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Disease Or Injury? How To Tell The Two Apart

By Emmanuel Byamukama and Ruth Beck
 
Some parts of the state have had freezing conditions, high winds, and blasting snow. These conditions may have caused injury to crops. How do you tell diseases caused by living agents (e.g. fungi, bacteria), from non-living causes (e.g. herbicide injury, wind blasting injury, nutrient deficiency)? The display of symptoms on affected plants, and the location in the field of affected plants can provide clues.
 
Injury Characteristics
 
For injury caused by living agents (biotic), symptomatic plants can be in clusters or randomly distributed in the field. However, the level of severity is going to vary from plant to plant. On the other hand, diseases caused by non-living agents (abiotic) are going to be in a cluster (aggregated) pattern and the level of symptoms will be about the same from plant to plant. For example, corn plants affected by fertilizer burn will have a similar level of injury in the same leaf position, and new leaves will be unaffected (Figure 1).
 
 
Figure 1. Corn plants showing fertilizer burn symptoms. Note that every plant has about the same level of symptom severity and similar positions of the leaves are affected.
 
Plants with chemical product/application error injury will display a linear pattern usually where the spraying began or overlapped. Plants with freeze injury may be found in low spots where there is more moisture or elevated points in the field where wind is likely to have more impact.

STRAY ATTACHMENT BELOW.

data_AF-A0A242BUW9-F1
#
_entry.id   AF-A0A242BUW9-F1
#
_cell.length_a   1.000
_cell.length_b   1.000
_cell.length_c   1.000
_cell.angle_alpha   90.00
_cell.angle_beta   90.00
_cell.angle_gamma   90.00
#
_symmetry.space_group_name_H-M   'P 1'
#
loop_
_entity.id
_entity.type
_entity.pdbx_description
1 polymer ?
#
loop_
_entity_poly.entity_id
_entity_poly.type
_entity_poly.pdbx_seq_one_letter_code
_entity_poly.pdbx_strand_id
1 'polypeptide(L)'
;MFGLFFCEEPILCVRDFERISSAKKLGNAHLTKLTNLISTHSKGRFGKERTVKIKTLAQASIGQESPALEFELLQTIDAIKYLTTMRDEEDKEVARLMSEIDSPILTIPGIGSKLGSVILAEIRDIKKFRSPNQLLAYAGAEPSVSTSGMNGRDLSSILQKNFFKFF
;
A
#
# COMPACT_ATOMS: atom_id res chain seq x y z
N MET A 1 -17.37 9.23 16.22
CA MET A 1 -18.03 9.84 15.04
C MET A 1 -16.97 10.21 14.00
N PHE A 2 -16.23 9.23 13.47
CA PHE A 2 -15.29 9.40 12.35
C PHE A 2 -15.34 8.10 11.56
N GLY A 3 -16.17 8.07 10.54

Plants with mechanical injury caused by wind blasting, fertilizer burn, or hail have increased chances of getting bacterial infection, especially in wheat. Fungal pathogens do not need wounds to initiate infection. Prophylactic applications of fungicides to plants that have sustained tissue damage from adverse weather or another event in the hopes of stopping infections is not recommended, since fungicides do not control bacterial pathogens.
 
Disease & Virus Characteristics
 
Fungal diseases may develop as leaf spots, blights, root or stem rots. Plant parts infected by a fungus sometimes have visible signs like mycelia, spores, or survival structures (Figure 2). Fungal symptoms tend to be localized.
 
 
Figure 2. (a) Leaf spot diseases are usually caused by fungal pathogens. (b) Fungal pathogens may have mycelia, survival structures like sclerotia associated with the infected plants.
 
Bacterial diseases can develop as leaf spots, streaks, and blights. One characteristic of bacterial infection is water soaking at the edge of the lesion. Bacterial lesions will also not have any mycelia or structures growing on the infected tissue. Sometimes bacterial ooze from the lesion leaves a shiny streak on the leaf surface. 
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